+
      (Area of 2nd Floor) ____sq. ft. X (weight per square foot) 50 lbs. Per sq. ft. = (Total weight of 2nd Floor) _____   lbs.
                                                                                                                     +
      (Area of 1st Floor)____ sq. ft. X (weight per square foot) 50 lbs. Per sq. ft. = (Total weight of 1st Floor) _____   lbs.
                                                                                                                     =
                                                                                       Dead Load on Foundation _____       lbs.




            2. Dead load from walls.

      (Length of walls) ____' + ____' + ____' + ____' = _____ linear feet of walls

      (Area of walls) ____ linear feet X ____ feet tall = _____ square feet

      (Weight of walls) _____ sq. ft. X (weight per square foot) 10 lbs. Per sq. ft. = (Total weight of walls) _____lbs.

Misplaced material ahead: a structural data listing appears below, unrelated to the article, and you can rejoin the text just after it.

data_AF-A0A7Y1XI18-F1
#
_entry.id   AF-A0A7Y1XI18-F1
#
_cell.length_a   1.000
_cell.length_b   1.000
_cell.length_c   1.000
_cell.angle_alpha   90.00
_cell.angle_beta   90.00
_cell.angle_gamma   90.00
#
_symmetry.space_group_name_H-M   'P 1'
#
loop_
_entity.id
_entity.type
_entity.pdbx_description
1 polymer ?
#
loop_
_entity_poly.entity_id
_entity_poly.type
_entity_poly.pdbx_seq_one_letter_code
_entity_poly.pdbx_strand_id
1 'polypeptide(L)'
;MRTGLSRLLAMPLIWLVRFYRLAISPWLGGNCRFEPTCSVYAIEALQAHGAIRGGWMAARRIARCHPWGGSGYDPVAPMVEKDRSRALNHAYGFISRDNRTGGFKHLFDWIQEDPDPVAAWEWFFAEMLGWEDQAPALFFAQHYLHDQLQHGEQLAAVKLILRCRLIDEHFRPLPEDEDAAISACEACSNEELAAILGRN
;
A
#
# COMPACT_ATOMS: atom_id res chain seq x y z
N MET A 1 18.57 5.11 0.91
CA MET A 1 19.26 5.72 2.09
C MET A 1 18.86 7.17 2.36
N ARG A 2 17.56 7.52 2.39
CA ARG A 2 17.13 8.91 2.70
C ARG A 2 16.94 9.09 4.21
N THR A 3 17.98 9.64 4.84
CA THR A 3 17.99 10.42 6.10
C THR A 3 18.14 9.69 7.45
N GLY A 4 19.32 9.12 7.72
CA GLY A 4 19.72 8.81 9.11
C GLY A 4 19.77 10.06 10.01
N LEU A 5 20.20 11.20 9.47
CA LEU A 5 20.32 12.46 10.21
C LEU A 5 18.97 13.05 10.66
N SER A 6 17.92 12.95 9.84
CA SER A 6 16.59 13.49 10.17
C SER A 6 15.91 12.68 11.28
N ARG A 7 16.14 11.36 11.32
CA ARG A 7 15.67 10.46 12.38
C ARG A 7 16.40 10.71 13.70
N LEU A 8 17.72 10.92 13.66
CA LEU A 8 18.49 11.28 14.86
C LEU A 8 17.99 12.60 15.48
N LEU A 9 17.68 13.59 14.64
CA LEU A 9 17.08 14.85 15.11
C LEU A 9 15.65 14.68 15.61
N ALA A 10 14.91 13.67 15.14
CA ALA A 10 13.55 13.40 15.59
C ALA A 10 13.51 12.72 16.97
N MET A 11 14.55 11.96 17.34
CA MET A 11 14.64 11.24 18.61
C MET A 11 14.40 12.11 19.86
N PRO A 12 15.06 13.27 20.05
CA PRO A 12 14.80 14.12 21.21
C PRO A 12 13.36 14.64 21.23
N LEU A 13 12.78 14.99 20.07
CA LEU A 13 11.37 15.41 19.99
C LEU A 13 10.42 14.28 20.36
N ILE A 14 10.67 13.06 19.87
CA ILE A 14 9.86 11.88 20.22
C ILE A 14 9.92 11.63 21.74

Dead Load on Foundation         _____ lbs.




            3. Live load from snow.

   (Area of Roof)      _____   sq. ft. X (weight per square foot) _____ lbs. Per sq. ft. = (Total weight of snow) _____lbs.

                                                                         Live Snow Load on Foundation         _____ lbs.


            4. Total combined load on the foundation.

(Dead Load of Roof) _____ pounds + (Dead Load of Walls) _____ pounds + (Live Snow Load) _____ pounds = _____ pounds

                                                                                Total Load on Foundation         _____ pounds
   5. Load per footing

(Total Load on Foundation) _____ pounds    (Number of Footings) _____   = (Load on Each Footing) ______ pounds

                                                                    Load on Each Footing        _______ pounds